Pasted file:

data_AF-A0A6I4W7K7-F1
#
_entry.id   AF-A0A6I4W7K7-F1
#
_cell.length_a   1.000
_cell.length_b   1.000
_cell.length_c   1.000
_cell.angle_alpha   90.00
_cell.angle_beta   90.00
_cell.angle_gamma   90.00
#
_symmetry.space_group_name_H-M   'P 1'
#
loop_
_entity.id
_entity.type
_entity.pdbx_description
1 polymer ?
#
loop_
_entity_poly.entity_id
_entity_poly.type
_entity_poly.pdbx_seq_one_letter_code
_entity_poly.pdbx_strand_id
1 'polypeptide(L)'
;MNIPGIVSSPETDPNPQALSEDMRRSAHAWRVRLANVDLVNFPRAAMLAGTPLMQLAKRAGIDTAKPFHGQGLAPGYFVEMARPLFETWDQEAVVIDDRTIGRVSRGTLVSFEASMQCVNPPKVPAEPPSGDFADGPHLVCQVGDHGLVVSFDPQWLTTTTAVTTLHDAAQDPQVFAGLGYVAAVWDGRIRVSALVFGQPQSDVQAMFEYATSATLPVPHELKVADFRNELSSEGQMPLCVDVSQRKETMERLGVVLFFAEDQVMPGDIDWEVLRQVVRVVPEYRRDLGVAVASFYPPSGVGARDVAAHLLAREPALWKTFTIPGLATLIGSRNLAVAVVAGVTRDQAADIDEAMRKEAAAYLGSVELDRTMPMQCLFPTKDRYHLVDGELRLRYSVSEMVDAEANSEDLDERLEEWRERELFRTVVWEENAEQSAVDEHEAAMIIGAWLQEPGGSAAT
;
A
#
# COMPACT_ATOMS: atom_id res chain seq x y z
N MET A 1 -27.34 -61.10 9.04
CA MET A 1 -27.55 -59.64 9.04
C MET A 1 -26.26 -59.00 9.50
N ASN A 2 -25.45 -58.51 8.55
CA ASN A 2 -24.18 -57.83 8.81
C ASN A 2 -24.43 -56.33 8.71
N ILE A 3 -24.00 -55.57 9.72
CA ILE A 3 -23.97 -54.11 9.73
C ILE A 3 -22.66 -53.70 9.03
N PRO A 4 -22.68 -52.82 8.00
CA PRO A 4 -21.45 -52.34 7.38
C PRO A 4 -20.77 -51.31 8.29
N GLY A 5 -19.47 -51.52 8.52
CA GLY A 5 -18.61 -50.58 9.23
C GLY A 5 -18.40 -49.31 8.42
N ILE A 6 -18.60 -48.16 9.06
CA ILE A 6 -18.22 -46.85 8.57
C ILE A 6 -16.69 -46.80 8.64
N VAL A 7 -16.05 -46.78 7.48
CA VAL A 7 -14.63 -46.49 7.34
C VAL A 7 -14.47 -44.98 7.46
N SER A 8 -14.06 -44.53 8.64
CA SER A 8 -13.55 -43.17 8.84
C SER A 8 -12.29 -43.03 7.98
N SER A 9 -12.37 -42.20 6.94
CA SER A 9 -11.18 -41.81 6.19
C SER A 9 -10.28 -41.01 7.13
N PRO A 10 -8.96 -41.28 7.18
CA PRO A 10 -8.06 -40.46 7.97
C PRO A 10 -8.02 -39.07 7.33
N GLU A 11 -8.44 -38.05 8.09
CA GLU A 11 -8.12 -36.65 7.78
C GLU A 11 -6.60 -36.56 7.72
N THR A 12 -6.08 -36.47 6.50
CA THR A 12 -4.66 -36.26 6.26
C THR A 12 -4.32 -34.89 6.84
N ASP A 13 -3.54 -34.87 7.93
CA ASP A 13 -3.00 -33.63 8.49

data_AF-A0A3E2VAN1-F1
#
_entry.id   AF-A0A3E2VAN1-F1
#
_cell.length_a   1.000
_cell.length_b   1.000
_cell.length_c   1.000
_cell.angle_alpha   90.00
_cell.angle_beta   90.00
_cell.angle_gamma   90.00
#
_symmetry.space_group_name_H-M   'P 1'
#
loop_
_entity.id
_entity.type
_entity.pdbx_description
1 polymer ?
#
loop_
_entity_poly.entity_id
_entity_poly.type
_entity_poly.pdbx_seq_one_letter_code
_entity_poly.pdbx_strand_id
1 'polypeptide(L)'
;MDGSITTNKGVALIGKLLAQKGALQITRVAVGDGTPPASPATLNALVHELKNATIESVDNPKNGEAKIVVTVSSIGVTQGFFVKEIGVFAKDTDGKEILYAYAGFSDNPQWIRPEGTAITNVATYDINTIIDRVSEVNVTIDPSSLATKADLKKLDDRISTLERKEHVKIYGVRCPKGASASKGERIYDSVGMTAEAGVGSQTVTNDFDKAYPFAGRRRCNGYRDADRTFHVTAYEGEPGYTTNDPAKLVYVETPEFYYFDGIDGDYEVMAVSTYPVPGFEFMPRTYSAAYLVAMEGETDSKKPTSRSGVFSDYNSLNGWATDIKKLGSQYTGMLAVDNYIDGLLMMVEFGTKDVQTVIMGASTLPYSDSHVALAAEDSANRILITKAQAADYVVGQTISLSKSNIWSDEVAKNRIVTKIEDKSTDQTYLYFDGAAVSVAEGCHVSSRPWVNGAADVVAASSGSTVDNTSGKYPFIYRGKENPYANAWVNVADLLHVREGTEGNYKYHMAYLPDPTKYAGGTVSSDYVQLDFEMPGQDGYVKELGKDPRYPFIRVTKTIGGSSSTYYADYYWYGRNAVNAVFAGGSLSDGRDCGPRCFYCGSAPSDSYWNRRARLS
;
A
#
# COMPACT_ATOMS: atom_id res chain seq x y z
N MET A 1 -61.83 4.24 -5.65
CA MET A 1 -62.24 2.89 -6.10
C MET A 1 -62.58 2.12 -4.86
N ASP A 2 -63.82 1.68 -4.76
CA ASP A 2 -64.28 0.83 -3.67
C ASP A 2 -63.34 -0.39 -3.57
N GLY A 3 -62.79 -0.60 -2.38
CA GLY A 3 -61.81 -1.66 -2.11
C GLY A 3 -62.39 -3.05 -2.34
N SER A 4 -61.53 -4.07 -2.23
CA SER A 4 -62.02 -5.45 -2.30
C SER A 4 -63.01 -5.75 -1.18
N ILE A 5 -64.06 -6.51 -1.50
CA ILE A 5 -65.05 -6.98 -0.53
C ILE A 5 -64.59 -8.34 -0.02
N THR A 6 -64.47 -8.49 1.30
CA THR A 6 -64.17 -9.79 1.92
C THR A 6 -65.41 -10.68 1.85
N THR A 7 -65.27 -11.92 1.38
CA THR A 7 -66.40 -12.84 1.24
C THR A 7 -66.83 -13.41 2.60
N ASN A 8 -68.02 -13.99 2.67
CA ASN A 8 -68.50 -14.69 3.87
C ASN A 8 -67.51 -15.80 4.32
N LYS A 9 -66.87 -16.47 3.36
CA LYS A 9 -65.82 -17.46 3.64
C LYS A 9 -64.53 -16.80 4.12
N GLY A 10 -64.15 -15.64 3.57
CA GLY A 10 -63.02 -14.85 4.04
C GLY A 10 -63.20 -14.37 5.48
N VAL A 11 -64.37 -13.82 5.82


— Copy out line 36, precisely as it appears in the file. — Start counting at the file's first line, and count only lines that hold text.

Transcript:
C ASN A 2 -24.43 -56.33 8.71